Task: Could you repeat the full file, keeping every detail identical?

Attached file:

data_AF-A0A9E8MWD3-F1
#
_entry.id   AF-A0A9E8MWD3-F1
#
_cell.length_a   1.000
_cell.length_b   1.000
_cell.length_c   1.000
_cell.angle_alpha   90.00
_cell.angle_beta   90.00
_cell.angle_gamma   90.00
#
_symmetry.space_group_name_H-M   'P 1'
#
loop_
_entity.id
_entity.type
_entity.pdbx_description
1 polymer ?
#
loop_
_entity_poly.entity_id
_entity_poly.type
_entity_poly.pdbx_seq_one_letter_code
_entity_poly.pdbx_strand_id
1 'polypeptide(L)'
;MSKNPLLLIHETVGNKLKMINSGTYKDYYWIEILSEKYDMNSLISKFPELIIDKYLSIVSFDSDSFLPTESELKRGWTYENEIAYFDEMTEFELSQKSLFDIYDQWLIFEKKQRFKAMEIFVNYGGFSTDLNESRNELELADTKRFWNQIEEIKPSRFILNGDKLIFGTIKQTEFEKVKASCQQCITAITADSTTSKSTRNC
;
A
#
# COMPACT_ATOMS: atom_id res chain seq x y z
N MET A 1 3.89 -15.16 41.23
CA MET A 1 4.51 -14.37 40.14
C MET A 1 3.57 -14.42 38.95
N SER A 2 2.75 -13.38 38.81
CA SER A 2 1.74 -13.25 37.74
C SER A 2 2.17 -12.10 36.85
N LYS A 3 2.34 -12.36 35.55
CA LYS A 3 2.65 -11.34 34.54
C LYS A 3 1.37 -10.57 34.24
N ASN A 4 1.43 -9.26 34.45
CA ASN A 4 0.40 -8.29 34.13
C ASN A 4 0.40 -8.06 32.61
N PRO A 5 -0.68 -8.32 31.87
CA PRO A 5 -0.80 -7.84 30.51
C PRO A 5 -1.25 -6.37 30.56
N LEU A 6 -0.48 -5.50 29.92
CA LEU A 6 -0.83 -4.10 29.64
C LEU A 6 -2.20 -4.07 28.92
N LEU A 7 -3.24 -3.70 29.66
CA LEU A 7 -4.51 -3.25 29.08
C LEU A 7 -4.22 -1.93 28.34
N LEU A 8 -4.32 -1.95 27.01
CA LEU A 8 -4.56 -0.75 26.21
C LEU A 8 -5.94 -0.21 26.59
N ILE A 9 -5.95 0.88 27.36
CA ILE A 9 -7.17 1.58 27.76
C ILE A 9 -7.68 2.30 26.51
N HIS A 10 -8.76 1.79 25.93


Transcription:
data_AF-A0A9E8MWD3-F1
#
_entry.id   AF-A0A9E8MWD3-F1
#
_cell.length_a   1.000
_cell.length_b   1.000
_cell.length_c   1.000
_cell.angle_alpha   90.00
_cell.angle_beta   90.00
_cell.angle_gamma   90.00
#
_symmetry.space_group_name_H-M   'P 1'
#
loop_
_entity.id
_entity.type
_entity.pdbx_description
1 polymer ?
#
loop_
_entity_poly.entity_id
_entity_poly.type
_entity_poly.pdbx_seq_one_letter_code
_entity_poly.pdbx_strand_id
1 'polypeptide(L)'
;MSKNPLLLIHETVGNKLKMINSGTYKDYYWIEILSEKYDMNSLISKFPELIIDKYLSIVSFDSDSFLPTESELKRGWTYENEIAYFDEMTEFELSQKSLFDIYDQWLIFEKKQRFKAMEIFVNYGGFSTDLNESRNELELADTKRFWNQIEEIKPSRFILNGDKLIFGTIKQTEFEKVKASCQQCITAITADSTTSKSTRNC
;
A
#
# COMPACT_ATOMS: atom_id res chain seq x y z
N MET A 1 3.89 -15.16 41.23
CA MET A 1 4.51 -14.37 40.14
C MET A 1 3.57 -14.42 38.95
N SER A 2 2.75 -13.38 38.81
CA SER A 2 1.74 -13.25 37.74
C SER A 2 2.17 -12.10 36.85
N LYS A 3 2.34 -12.36 35.55
CA LYS A 3 2.65 -11.34 34.54
C LYS A 3 1.37 -10.57 34.24
N ASN A 4 1.43 -9.26 34.45
CA ASN A 4 0.40 -8.29 34.13
C ASN A 4 0.40 -8.06 32.61
N PRO A 5 -0.68 -8.32 31.87
CA PRO A 5 -0.80 -7.84 30.51
C PRO A 5 -1.25 -6.37 30.56
N LEU A 6 -0.48 -5.50 29.92
CA LEU A 6 -0.83 -4.10 29.64
C LEU A 6 -2.20 -4.07 28.92
N LEU A 7 -3.24 -3.70 29.66
CA LEU A 7 -4.51 -3.25 29.08
C LEU A 7 -4.22 -1.93 28.34
N LEU A 8 -4.32 -1.95 27.01
CA LEU A 8 -4.56 -0.75 26.21
C LEU A 8 -5.94 -0.21 26.59
N ILE A 9 -5.95 0.88 27.36
CA ILE A 9 -7.17 1.58 27.76
C ILE A 9 -7.68 2.30 26.51
N HIS A 10 -8.76 1.79 25.93